FCC Chief Accuses Twitter Of Threatening The Open Internet

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Federal Communications Commission Chairman Ajit Pai accused Twitter of endangering the open Internet, implying the microblogging platform is a significantly bigger threat to it than his controversial proposal of repealing the 2015 net neutrality rules is. During his speech held at R Street Institute-hosted Washington event on Tuesday, Pai said Twitter has a fixed set of beliefs and uses them to “discriminate” against people and entities on its platform, suggesting that Twitter’s service policy is “part of the problem” and possibly even more dangerous than whatever throttling Internet service providers may implement should the net neutrality rules be repealed.

A number critics quickly took online to refute Pai’s comments, saying that no one is forced to use Twitter if it doesn’t agree with its terms of use, yet many Americans don’t have a real choice between ISPs, at least if they want a fast and reliable broadband connection. Pai’s proposal suggests that the free market would regulate itself should ISPs take advantage of the lack of any rules mandating net neutrality, e.g. if a major provider opted to throttle some content users cared about, another would offer a truly neutral Internet experience, thus prompting consumers to switch and forcing the company that originally decided to throttle certain domains to either stop doing so or go out of business. Critics are calling that viewpoint naive at best and malicious at worst since regional ISP monopolies and duopolies are a widely believed to be a prominent issue in the country and the cost of entry into the industry is so high that no third party would realistically be prepared to gamble with setting up its own infrastructure and trying to become a new ISP. Google tried penetrating the market with Fiber years ago and has faced roadblocks at every turn, with its broadband operations still being severely limited in scope and suggesting that a smaller company with less funding — i.e. nearly every U.S. firm — would fare even worse should it try competing with the old Internet giants.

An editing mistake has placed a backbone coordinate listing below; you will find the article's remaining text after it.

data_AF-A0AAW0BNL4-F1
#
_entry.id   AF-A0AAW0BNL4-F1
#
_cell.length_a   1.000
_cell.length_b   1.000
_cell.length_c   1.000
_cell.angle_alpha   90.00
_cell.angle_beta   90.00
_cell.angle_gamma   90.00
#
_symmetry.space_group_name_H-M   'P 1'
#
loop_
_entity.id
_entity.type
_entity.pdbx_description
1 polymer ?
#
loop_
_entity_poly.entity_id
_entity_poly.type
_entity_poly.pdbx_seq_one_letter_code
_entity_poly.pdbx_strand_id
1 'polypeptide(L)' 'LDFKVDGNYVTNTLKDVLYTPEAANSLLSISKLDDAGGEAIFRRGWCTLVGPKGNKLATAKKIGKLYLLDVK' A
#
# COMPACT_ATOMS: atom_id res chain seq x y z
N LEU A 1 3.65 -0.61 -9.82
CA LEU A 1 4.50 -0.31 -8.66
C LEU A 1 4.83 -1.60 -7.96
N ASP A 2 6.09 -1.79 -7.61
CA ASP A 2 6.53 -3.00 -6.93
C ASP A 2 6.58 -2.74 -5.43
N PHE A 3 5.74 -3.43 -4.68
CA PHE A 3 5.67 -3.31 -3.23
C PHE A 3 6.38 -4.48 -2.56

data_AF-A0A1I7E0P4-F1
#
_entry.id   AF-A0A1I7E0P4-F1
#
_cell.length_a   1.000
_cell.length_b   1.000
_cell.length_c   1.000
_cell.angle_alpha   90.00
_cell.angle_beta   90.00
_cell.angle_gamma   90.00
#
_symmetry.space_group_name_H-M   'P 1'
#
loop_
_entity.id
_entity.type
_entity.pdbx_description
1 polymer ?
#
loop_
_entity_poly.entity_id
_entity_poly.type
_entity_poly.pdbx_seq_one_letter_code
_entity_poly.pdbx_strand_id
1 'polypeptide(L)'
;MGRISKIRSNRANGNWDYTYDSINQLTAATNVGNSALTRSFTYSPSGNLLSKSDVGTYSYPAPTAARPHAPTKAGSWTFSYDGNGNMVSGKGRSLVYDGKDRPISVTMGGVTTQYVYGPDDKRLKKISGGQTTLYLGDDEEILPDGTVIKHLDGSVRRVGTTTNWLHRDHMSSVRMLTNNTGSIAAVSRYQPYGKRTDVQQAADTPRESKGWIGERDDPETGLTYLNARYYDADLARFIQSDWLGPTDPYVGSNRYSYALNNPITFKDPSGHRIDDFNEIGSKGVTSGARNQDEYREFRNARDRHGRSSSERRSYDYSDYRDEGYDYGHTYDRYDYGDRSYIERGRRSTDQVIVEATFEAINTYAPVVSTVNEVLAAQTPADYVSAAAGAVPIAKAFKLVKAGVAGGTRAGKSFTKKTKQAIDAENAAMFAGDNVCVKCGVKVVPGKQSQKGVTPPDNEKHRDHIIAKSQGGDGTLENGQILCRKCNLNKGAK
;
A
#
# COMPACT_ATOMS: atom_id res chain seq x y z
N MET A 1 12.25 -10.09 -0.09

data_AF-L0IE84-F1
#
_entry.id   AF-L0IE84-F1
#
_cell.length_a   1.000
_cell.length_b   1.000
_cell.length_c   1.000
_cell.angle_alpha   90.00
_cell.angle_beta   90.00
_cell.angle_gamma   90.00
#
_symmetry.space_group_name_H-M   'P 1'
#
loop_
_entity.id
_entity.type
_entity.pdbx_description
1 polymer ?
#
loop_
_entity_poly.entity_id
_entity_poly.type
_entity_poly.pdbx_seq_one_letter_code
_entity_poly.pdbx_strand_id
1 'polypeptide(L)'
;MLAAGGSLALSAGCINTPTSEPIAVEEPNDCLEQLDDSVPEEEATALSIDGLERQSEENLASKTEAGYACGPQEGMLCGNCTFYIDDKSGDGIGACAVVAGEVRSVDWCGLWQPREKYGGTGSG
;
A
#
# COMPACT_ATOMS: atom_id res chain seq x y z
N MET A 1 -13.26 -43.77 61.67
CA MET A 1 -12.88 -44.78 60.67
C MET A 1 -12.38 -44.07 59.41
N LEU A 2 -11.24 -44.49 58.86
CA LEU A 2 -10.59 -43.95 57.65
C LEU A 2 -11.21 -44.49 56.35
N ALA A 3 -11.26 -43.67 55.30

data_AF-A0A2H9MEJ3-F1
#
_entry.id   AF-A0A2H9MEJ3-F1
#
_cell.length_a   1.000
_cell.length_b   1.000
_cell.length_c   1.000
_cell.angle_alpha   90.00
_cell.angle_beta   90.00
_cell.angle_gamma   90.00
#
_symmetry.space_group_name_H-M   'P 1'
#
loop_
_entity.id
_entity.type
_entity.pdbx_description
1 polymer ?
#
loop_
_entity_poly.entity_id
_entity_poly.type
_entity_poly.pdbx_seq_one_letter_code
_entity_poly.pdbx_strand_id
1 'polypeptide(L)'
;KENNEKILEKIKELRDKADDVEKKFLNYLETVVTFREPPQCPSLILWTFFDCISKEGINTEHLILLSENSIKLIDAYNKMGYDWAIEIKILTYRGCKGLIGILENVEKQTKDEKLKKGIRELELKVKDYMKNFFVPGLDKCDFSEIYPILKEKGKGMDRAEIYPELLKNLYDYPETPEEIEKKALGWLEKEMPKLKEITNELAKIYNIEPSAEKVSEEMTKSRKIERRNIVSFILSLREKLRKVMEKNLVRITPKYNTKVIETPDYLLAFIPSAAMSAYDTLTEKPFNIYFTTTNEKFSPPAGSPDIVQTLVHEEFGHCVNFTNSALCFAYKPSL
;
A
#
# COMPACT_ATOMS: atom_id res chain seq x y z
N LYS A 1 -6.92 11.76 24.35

Twitter is just one of many tech companies that have publicly advocated against the repeal of the Title II regulations which prevent ISPs from discriminating against any domains and are forcing them to treat all data equally, i.e. ensure users can access all online content equally quickly. Pai’s Tuesday remarks were also partially dedicated to mocking celebrities like Alyssa Milano who previously criticized his proposal. The FCC will vote and likely approve the polarizing repeal of 2015 rules on December 14th.